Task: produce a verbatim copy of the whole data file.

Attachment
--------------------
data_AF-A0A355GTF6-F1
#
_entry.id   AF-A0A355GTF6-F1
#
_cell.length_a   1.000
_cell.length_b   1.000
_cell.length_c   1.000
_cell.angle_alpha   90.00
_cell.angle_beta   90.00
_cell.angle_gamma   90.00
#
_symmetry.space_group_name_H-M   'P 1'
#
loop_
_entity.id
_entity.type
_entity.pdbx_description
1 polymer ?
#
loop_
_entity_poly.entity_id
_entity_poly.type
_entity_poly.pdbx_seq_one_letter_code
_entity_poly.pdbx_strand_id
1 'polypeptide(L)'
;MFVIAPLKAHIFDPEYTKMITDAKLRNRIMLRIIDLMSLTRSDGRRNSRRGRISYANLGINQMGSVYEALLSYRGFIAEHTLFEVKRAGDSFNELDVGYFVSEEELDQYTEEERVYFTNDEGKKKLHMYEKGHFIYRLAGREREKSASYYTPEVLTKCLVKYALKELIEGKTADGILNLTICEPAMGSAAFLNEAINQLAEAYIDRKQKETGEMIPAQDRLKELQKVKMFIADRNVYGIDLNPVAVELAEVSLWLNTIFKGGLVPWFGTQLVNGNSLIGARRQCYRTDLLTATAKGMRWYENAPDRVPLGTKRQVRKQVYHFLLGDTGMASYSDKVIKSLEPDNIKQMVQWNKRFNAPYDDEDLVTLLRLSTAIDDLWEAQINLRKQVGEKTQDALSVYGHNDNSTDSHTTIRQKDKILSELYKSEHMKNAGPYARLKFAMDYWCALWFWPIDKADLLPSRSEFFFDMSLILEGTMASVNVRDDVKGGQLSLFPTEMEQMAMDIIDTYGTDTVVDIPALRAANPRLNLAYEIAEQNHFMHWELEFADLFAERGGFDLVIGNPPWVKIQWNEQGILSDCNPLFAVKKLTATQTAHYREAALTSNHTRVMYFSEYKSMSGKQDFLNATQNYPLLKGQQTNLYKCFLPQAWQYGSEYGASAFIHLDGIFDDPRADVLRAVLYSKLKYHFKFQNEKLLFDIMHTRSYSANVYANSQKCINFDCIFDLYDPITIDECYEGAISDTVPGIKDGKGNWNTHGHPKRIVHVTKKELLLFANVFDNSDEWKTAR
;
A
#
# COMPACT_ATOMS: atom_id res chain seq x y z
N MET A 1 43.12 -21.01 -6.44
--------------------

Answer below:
data_AF-A0A355GTF6-F1
#
_entry.id   AF-A0A355GTF6-F1
#
_cell.length_a   1.000
_cell.length_b   1.000
_cell.length_c   1.000
_cell.angle_alpha   90.00
_cell.angle_beta   90.00
_cell.angle_gamma   90.00
#
_symmetry.space_group_name_H-M   'P 1'
#
loop_
_entity.id
_entity.type
_entity.pdbx_description
1 polymer ?
#
loop_
_entity_poly.entity_id
_entity_poly.type
_entity_poly.pdbx_seq_one_letter_code
_entity_poly.pdbx_strand_id
1 'polypeptide(L)'
;MFVIAPLKAHIFDPEYTKMITDAKLRNRIMLRIIDLMSLTRSDGRRNSRRGRISYANLGINQMGSVYEALLSYRGFIAEHTLFEVKRAGDSFNELDVGYFVSEEELDQYTEEERVYFTNDEGKKKLHMYEKGHFIYRLAGREREKSASYYTPEVLTKCLVKYALKELIEGKTADGILNLTICEPAMGSAAFLNEAINQLAEAYIDRKQKETGEMIPAQDRLKELQKVKMFIADRNVYGIDLNPVAVELAEVSLWLNTIFKGGLVPWFGTQLVNGNSLIGARRQCYRTDLLTATAKGMRWYENAPDRVPLGTKRQVRKQVYHFLLGDTGMASYSDKVIKSLEPDNIKQMVQWNKRFNAPYDDEDLVTLLRLSTAIDDLWEAQINLRKQVGEKTQDALSVYGHNDNSTDSHTTIRQKDKILSELYKSEHMKNAGPYARLKFAMDYWCALWFWPIDKADLLPSRSEFFFDMSLILEGTMASVNVRDDVKGGQLSLFPTEMEQMAMDIIDTYGTDTVVDIPALRAANPRLNLAYEIAEQNHFMHWELEFADLFAERGGFDLVIGNPPWVKIQWNEQGILSDCNPLFAVKKLTATQTAHYREAALTSNHTRVMYFSEYKSMSGKQDFLNATQNYPLLKGQQTNLYKCFLPQAWQYGSEYGASAFIHLDGIFDDPRADVLRAVLYSKLKYHFKFQNEKLLFDIMHTRSYSANVYANSQKCINFDCIFDLYDPITIDECYEGAISDTVPGIKDGKGNWNTHGHPKRIVHVTKKELLLFANVFDNSDEWKTAR
;
A
#
# COMPACT_ATOMS: atom_id res chain seq x y z
N MET A 1 43.12 -21.01 -6.44